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14 Sappy Love Songs to Rediscover This Valentine's Day


It's hard to believe we're almost six weeks into 2021, but Valentine’s Day is already upon us. With COVID-19 still lurking, celebration options are limited. But maybe it's a blessing in disguise: What's more romantic than a quiet evening at home for two, complete with a good meal, a shared bottle of wine, and the perfect holiday playlist?

When we think of love songs, the classics usually come to mind — "Lovin' You" by Minnie Riperton, "Something" by The Beatles (which Frank Sinatra famously called the best love song of the last 50 years), "Crazy in Love" by Beyoncé, and pretty much anything by Whitney Houston or Celine Dion.

But what about those singles and deep cuts that captivated us through film or radio, that we’ve forgotten about as we’ve grown older and traded in our cherished CDs and DVDs for digital replacements? From The Cure to Aaliyah, here are 14 love songs to fall in love with all over again this Valentine’s Day.




14. Counting Crows, 'Colorblind'

There’s an honesty in the voice of Adam Duritz as he sings about his desire to be vulnerable and openhearted on this Counting Crows hit. That vocal admission found itself in one of the most important scenes and on the soundtrack to 1999’s cult classic film Cruel Intentions. Listeners can't help but empathize with Duritz and, hopefully, find themselves inspired to express their own feelings.



13. 112, 'Peaches and Cream'

After years of playing it safe with standard lovey-dovey lyrics, Atlanta-based R&B crooners 112 decided to turn things up several notches with their candid jam “Peaches and Cream.” With lyrics like “Wanna taste it in the morning when I'm waking up / Like peach cobbler in my stomach when I eat it up,” it’s easy to understand why the catchy tune is beloved by those celebrating every aspect of their relationship.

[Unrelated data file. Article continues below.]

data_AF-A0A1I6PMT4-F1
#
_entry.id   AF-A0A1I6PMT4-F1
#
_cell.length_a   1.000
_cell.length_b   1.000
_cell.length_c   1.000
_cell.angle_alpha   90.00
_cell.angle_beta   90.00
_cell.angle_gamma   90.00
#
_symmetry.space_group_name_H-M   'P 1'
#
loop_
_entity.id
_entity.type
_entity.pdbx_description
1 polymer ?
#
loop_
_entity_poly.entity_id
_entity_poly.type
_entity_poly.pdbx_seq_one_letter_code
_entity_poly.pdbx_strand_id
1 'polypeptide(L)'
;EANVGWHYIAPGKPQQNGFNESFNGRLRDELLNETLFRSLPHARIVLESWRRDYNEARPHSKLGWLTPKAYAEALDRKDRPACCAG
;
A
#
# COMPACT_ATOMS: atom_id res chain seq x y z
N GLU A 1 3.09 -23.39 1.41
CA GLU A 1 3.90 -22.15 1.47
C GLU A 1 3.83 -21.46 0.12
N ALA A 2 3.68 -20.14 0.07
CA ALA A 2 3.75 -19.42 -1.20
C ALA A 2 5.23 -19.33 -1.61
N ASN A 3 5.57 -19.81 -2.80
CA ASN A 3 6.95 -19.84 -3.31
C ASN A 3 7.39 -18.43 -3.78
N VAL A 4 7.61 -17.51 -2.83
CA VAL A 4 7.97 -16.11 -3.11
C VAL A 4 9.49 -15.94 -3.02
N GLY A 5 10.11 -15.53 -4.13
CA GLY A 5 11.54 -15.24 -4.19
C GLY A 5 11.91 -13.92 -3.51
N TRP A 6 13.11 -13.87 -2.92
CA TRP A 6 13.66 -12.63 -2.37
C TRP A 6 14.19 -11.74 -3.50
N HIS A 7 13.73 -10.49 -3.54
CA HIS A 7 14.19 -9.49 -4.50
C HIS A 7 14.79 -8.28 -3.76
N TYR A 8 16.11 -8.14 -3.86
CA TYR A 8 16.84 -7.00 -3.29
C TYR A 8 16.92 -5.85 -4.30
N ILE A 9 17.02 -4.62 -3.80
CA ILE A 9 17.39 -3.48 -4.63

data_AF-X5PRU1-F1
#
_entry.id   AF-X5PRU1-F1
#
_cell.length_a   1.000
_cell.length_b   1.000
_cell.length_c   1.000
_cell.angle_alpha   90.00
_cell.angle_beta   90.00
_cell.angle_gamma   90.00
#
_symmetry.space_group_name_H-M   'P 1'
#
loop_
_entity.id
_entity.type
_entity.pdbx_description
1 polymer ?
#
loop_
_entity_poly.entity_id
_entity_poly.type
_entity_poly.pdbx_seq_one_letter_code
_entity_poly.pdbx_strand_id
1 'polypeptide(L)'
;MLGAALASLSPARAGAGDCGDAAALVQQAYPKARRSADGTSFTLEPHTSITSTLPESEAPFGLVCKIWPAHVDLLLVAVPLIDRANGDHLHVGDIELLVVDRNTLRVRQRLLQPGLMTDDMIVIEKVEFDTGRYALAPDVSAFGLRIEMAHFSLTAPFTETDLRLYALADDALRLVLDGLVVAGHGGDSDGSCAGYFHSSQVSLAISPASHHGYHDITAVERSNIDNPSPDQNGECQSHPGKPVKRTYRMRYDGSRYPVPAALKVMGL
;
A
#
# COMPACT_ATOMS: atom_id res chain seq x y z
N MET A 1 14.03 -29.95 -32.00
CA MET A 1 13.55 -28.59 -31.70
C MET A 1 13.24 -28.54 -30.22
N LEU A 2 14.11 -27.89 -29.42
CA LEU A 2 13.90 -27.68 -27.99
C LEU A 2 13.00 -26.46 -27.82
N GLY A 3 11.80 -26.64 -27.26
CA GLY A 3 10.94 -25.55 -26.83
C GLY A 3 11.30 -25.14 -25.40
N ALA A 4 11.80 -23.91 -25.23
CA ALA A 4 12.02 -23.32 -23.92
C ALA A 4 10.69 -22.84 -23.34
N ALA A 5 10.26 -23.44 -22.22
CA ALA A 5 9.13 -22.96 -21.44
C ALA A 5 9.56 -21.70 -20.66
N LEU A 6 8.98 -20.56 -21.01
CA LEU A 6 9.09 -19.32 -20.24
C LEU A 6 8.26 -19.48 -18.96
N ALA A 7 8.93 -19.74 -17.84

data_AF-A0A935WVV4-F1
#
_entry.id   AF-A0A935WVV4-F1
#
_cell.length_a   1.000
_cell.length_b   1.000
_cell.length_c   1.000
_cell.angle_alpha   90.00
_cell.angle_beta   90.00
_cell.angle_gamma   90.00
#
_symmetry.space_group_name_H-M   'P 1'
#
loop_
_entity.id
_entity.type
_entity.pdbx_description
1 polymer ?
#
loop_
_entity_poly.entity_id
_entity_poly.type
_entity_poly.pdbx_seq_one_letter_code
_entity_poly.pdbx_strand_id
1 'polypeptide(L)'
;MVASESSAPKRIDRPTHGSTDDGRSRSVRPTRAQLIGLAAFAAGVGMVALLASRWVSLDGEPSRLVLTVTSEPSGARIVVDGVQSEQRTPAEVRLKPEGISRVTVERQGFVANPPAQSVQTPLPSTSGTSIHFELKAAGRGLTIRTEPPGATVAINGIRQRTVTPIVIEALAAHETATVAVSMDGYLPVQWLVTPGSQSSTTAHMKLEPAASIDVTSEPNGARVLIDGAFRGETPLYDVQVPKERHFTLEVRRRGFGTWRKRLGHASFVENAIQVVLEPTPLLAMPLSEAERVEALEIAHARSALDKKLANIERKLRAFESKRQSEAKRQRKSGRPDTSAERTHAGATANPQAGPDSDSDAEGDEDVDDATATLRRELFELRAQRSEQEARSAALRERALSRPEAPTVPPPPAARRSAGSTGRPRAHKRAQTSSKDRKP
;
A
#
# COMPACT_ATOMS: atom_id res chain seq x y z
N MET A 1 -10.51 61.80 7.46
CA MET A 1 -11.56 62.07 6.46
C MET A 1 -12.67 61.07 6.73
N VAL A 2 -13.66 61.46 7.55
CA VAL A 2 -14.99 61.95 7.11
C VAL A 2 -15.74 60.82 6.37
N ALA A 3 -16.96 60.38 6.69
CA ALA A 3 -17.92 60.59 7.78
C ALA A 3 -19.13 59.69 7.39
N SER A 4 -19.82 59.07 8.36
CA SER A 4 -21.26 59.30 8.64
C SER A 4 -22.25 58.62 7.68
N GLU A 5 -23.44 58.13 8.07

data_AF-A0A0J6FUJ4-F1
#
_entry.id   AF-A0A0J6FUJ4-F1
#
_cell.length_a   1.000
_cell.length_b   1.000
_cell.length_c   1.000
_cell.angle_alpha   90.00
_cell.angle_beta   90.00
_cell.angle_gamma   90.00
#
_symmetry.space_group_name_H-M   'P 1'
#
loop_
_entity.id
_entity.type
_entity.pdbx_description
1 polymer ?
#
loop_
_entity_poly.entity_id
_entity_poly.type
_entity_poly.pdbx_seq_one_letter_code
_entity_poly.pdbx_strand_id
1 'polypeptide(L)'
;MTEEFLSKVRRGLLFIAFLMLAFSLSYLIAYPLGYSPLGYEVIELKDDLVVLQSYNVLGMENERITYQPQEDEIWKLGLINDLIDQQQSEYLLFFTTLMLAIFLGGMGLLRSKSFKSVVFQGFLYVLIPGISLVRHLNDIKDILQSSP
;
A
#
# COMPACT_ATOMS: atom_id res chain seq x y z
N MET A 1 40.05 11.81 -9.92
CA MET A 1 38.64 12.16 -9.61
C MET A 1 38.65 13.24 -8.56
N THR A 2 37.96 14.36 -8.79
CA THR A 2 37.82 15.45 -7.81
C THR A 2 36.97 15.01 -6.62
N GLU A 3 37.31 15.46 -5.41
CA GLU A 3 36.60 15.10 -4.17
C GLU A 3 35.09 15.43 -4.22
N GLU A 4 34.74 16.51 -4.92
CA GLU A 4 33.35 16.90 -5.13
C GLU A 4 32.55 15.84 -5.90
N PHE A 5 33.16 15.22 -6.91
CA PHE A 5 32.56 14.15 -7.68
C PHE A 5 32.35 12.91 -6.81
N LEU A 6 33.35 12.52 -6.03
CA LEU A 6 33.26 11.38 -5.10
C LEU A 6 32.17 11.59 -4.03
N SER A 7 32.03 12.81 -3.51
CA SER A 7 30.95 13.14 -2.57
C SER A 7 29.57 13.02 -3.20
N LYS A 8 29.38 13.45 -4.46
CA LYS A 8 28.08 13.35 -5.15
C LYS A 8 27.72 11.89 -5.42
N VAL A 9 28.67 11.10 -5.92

12. Savage Garden, 'I Knew I Loved You'

Few people have experienced love at first sight, but thanks to Savage Garden’s “I Knew I Loved You,” many found themselves yearning for the chance to experience the phenomenon firsthand. The late-'90s serenade by the Australian duo made fabulous work of putting the rare sensation into words.



11. Robin Thicke, 'Lost Without U'

Valentine’s Day isn’t just about showing appreciation for your loved one, it’s also about receiving an endless stream of compliments per your request (if you ask Robin Thicke, at least). His 2007 falsetto-filled single “Lost Without U” brought us to the sexier, cockier side of romance, in which he commands his beloved to tell him — among other things — “How does it feel to know that I love you, baby?”



10. Michael Jackson, 'Butterflies'

“Butterflies,” the laid-back, soulful track off of Michael Jackson’s 10th studio album, Invincible, is different than the upbeat melodies and power vocals that Jackson typically provides. Instead, he took a more down-to-earth approach to expressing his feelings, one that can be appreciated and applied to new flames and old loves alike.



9. Selena Gomez feat. A$AP Rocky, 'Good For You'

Former Disney darling Selena Gomez shed her good-girl image and found musical success with her newly accepted adult outlook on love and relationships. With the assistance of rapper A$AP Rocky, Gomez’s “Good For You” placates everyone’s desire to be desired, all while exploring body confidence and embracing one's own natural beauty.



8. UB40, 'Can’t Help Falling In Love'